She broiled her little chop nicely, and had a sliced tomato and a good cup of tea ready when she sat down to her midday dinner…. Sitting in the warm sunlight that came through the tall windows of the dining room, seeing her roses massed outside, handling the heavy, old silverware and the fine, translucent china, Miss Strangeworth was pleased; she would not have cared to be doing anything else….
After a nap she worked in her garden for a little while, sparing herself because of the heat; then she went into her supper…. After her dishes were done and her kitchen set in order, she…set off on her evening walk, pocketbook under her arm….
There was only one place in town where she could mail her letters, and that was the new post office, shiny with red brick and silver letters. Although Miss Strangeworth had never given the matter any particular thought, she had always made a point of mailing her letters very secretly; it would, of course, not have been wise to let anyone see her mail them. Consequently, she timed her walk so she could reach the post office just as darkness was starting to dim the outlines of the trees and the shapes of peoples’ faces, although no one could ever mistake Miss Strangeworth, with her dainty walk and her rustling skirts.
There was always a group of young people around the post office…. Most of the children stood back respectfully as Miss Strangeworth passed, silenced briefly in her presence, and some of the older children greeted her, saying soberly, “Hello, Miss Strangeworth.”
Miss Strangeworth smiled at them and quickly went on…. The mail slot was in the door of the post office…. Miss Strangeworth stood by the door, opening her black pocketbook to take out the letters, and heard a voice which she knew at once to be Linda Stewart’s. Poor little Linda was crying again, and Miss Chunk break; stop & review what’s important & why Strangeworth listened carefully. This was, after all, her town, and these were her people; if one of them was in trouble, she ought to know it.
“I can’t tell you, Dave,” Linda was saying – so she was talking to the Harris boy, as Miss Strangeworth had supposed – “I just can’t. It’s just nasty.”
“But why won’t your father let me come around anymore? What on earth did I do?”
“I can’t tell you. I just wouldn’t tell you for anything. You’ve got to have a dirty, dirty mind for things like that.”….
Miss Strangeworth sighed and turned away. There was so much evil in people. Even in a charming little town like this one, there was still so much evil in people.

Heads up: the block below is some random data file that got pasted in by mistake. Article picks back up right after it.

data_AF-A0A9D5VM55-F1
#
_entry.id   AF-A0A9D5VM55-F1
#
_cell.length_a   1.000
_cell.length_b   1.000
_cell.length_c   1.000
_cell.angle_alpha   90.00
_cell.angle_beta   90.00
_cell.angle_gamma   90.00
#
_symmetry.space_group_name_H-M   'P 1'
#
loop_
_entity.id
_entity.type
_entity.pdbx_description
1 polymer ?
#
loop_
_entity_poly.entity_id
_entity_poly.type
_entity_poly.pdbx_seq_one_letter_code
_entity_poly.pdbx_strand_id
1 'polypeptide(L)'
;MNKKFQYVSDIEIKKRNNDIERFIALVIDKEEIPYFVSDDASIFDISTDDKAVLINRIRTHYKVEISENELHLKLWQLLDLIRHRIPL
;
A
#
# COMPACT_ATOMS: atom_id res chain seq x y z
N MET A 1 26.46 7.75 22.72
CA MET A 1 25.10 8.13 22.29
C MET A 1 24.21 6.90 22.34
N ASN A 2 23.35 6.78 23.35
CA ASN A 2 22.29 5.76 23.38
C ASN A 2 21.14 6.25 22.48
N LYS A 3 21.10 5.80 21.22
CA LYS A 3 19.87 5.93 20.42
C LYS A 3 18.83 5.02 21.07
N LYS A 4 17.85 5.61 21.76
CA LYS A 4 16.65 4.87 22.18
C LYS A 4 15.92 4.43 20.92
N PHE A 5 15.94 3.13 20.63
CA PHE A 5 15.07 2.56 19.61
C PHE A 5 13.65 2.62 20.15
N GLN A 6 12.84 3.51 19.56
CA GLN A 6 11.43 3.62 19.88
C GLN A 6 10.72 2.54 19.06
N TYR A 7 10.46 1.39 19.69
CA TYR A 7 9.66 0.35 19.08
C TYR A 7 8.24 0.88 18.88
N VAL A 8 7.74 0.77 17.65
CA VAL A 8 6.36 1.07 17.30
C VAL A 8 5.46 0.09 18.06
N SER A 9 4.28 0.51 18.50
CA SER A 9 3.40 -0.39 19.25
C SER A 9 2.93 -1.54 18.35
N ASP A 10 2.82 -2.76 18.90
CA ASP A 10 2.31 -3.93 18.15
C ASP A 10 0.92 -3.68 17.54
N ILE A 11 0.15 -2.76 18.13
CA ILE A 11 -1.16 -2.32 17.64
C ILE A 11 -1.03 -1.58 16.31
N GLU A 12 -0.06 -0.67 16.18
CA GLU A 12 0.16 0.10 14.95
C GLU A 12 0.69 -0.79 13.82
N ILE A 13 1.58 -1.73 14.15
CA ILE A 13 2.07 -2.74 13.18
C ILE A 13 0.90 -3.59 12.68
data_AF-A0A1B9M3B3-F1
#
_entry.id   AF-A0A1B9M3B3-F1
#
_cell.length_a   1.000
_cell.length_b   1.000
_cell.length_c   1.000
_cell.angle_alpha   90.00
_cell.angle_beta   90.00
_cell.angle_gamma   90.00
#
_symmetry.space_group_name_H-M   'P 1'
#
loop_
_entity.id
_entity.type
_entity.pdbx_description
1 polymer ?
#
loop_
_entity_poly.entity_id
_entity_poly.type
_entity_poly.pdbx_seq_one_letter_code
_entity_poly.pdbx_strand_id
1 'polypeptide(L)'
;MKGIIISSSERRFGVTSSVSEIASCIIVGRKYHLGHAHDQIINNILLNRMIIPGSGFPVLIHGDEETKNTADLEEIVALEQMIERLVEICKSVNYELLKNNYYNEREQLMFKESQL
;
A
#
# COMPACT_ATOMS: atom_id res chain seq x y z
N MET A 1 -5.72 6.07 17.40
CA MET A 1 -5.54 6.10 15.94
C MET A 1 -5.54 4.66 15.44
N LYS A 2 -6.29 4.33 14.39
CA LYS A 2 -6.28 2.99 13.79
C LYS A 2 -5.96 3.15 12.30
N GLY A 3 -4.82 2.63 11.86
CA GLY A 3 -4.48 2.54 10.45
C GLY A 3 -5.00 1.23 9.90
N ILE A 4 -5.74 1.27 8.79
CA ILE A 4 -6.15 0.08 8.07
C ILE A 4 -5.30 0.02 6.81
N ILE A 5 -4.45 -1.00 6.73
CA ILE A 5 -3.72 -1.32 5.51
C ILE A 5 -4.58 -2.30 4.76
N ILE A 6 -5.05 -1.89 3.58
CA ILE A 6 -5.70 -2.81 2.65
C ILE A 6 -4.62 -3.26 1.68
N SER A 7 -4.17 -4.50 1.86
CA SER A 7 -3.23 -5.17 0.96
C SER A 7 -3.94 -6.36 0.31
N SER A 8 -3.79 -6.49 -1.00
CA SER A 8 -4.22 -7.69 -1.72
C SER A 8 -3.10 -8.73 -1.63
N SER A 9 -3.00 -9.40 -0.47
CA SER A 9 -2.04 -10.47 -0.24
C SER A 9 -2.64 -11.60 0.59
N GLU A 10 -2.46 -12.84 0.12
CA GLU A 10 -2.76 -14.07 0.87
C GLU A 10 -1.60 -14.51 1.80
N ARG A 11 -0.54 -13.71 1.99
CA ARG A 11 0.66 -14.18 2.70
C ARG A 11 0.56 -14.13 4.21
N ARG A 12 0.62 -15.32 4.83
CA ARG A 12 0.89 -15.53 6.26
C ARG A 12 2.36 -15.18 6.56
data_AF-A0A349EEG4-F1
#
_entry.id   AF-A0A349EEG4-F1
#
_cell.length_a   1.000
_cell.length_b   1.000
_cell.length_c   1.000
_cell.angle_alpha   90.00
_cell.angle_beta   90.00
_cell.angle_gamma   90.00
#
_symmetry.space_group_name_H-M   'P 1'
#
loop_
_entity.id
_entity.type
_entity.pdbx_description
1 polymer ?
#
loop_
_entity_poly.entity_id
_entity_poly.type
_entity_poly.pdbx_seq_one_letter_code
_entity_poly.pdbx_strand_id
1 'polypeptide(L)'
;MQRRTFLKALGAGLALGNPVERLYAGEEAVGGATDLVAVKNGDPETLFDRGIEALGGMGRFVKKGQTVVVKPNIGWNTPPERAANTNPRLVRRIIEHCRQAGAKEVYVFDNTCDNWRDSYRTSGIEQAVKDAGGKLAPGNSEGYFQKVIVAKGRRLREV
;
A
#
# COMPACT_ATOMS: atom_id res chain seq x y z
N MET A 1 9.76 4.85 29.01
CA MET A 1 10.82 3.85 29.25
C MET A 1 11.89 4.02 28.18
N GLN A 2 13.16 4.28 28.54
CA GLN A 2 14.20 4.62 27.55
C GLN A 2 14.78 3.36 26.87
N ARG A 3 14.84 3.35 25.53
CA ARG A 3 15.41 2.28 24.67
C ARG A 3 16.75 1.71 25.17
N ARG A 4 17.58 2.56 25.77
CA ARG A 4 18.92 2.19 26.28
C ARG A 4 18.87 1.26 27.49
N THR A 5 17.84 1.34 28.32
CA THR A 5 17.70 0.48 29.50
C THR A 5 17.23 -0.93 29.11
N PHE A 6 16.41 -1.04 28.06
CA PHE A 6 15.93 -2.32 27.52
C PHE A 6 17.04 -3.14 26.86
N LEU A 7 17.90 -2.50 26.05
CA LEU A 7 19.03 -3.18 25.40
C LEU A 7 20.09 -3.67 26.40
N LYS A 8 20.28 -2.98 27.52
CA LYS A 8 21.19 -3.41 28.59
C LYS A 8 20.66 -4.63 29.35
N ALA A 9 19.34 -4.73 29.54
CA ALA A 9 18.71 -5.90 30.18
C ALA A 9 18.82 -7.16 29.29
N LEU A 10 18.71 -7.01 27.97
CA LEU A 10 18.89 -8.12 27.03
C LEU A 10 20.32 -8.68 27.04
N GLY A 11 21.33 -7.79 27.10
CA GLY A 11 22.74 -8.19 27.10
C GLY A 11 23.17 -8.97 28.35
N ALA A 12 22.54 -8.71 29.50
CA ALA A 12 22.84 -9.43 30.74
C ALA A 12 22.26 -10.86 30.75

She slipped her letter into the slot, and two of them fell inside. The third caught on the edge and fell outside, onto the ground at Miss Strangeworth’s feet. She did not notice it…. Wearily Miss Strangeworth turned to go home to her quiet bed in her lovely house, and never heard the Harris boy calling to her to say that she had dropped something.
“Old lady Strangeworth’s getting deaf,” he said, looking after her and holding in his hand the letter he had picked up…. “It’s for Don Crane,… this letter…. Might as well take it on over.”… He laughed. “Maybe it’s got a cheque or something it and he’d be just as glad to have it tonight instead of tomorrow.”
“Catch old lady Strangeworth sending anybody a cheque,” Linda said. “Throw it in the post office. Why do anyone a favour?”…
“I’ll take it over, anyway,” the Harris boy said. “Maybe it’s good news for them. Maybe they need something happy tonight, too. Like us.”
Sadly, holding hands, they wandered off down the dark street, the Harris boy carrying Miss Strangeworth’s pink envelope in his hand.
Miss Strangeworth awakened the next morning with a feeling of intense happiness and, for a minute, wondered why, and then remembered that this morning three people would open her letters. Harsh, perhaps, at first, but wickedness was never easily banished, and a clean heart was a scoured heart…. Then, going downstairs, reflecting that perhaps a little waffle would be agreeable for breakfast in the sunny dining room, she found the mail on the hall floor, and bent to pick it up. A bill, the morning paper, a letter in a green envelope that looked oddly familiar. Miss Strangeworth stood perfectly still for a minute, looking down at the green envelope with the pencilled printing, and thought: It looks like one of my letters. Was one of my letters sent back? No, because no one would know where to send it. How did this get here?
Miss Strangeworth was a Strangeworth of Pleasant Street. Her hand did not shake as she opened the envelope and unfolded the sheet of green paper inside. She began to cry silently for the wickedness of the world when she read the words: Look out at what used to be your roses.